The world of retail has been transformed since the melodies of modems became an everyday norm in the late 1990s. More recently, however, it’s not just how we shop that’s changing – it’s how we pay.
The historical dominance of debit and credit card payments is being challenged by so-called “alternative payment methods”. One of these in particular – buy-now-pay-later (BNPL) – is gaining significant traction.
BNPL schemes have risen in prominence for various reasons. On the one hand, they have spawned new entrants to the financial services sector with dizzying valuations.
On the other, they’ve attracted the attention, if not yet the ire, of regulators. In early 2021, the UK Government announced its intention to bring BNPL firms under the regulatory oversight of the Financial Conduct Authority, with similar measures in progress or under consideration around the world.
Primarily, however, their prominence is due to their rapid adoption by consumers and retailers alike, with BNPL spending in the UK set to reach £26.4 billion over the next three years. This “alternative” payment method has undoubtedly entered the mainstream.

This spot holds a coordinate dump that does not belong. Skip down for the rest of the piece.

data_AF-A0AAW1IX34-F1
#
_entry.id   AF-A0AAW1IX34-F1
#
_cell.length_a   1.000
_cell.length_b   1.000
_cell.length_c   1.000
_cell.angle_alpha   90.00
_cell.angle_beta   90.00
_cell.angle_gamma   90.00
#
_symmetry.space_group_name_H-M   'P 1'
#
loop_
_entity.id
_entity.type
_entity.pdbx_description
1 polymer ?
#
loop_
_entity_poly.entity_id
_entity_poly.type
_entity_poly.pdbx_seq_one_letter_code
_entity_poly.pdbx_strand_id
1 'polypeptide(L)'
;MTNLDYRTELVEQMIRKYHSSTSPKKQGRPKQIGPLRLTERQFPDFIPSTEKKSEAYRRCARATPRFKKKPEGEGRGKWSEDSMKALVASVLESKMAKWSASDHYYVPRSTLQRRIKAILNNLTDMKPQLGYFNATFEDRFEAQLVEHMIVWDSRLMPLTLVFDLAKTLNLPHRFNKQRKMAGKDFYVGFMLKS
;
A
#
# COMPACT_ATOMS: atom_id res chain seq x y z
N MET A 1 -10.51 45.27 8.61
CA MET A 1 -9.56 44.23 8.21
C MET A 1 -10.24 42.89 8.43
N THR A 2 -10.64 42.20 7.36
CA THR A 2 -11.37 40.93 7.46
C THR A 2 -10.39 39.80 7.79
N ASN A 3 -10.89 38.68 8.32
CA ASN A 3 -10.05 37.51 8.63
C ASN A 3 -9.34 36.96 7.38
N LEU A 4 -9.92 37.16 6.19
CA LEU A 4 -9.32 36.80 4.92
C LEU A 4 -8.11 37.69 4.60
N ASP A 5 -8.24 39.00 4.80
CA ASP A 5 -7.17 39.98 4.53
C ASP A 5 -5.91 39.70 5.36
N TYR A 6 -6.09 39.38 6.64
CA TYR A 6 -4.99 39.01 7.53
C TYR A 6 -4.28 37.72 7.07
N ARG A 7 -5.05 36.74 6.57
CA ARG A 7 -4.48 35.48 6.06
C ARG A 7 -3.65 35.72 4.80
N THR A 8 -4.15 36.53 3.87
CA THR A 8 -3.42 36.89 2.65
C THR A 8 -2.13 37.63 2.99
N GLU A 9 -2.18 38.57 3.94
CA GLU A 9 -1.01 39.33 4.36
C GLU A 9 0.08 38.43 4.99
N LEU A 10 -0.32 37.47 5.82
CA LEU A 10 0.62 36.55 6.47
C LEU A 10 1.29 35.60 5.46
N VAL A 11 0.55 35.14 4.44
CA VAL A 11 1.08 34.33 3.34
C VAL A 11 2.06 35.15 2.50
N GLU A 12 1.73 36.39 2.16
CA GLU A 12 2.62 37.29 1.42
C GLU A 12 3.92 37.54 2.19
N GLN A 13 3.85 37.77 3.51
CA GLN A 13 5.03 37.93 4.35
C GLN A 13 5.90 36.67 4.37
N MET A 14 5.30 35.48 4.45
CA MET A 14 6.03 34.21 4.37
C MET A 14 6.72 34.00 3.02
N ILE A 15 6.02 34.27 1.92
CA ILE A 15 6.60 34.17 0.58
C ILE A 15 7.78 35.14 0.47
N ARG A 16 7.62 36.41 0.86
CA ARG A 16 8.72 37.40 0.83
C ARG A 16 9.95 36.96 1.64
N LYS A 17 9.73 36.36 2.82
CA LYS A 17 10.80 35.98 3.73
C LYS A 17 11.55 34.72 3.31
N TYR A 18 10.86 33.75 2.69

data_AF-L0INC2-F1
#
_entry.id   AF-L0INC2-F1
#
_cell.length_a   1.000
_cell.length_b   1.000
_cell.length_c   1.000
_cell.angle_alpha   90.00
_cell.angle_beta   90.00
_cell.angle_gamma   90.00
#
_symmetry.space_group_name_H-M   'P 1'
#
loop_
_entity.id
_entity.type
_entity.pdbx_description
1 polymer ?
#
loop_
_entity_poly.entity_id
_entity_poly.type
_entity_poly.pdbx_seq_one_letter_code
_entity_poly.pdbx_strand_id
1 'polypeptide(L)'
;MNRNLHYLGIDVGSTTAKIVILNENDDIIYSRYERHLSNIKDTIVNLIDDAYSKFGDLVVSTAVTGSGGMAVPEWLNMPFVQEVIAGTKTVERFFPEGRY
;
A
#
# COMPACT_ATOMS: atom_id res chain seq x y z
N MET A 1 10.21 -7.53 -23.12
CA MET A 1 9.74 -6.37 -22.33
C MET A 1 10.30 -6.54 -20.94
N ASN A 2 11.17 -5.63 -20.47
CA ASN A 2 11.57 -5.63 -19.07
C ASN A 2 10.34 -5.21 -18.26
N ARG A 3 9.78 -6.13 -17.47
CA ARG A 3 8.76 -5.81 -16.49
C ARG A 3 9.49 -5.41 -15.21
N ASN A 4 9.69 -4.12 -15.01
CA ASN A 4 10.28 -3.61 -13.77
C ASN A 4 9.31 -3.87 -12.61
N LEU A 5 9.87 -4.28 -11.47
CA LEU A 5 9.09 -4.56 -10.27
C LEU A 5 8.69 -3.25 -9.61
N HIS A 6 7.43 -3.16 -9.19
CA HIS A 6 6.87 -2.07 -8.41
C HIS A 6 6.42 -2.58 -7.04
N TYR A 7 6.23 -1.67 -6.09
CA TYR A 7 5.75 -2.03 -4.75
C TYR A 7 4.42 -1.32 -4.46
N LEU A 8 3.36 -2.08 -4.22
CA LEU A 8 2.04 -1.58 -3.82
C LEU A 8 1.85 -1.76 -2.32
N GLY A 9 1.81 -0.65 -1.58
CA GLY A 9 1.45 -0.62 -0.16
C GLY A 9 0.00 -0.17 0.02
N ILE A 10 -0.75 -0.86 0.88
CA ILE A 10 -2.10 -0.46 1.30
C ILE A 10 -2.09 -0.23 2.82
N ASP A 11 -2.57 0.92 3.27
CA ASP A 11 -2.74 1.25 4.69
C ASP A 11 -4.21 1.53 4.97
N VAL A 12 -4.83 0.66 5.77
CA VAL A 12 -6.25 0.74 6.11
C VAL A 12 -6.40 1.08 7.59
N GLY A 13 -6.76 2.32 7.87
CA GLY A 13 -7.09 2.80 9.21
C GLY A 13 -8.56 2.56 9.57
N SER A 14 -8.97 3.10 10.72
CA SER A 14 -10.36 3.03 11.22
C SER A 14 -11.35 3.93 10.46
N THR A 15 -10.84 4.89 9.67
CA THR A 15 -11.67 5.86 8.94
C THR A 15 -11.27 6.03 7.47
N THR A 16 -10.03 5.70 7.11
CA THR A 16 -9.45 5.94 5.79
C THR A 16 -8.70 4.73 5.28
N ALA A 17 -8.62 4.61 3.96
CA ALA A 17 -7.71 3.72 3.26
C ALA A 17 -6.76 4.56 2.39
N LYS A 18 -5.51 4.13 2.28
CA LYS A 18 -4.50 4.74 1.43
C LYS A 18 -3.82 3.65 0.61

A better form of credit?
It’s easy to understand why. A light-touch approach to eligibility checks. No interest charges. A slick payments interface designed for the mobile era. The instant gratification of buying goods now, without worrying about the bill for another payday or two. Or simply a hassle-free way to try and return goods without the process and delays involved in a refund.
For retailers, the commercial case is just as compelling. A low-cost, risk-free way of encouraging increased sales, be that through securing customers who otherwise wouldn’t buy that day or increased basket values.
Credit can play a useful and meaningful role in consumers’ lives. But credit can also cause great harm when it is unsuitable or unaffordable
Introducing BNPL payments may seem a straightforward commercial choice with little downside for the retailer. The reality, however, is anything but.
In the UK, half of Gen Z consumers (born between 1997-2012) say they’ve used BNPL schemes. It’s this group that critics believe are the most financially vulnerable.
“When we entered the market in 2014, millennial shoppers in the fashion sector were undoubtedly early adopters,” says Alex Marsh, head of Klarna UK. “Today, however, Klarna supports a much more diverse audience. The average age of a Klarna customer is 33 years, and our fastest growing segment is with customers between 40-54 years (GenX).”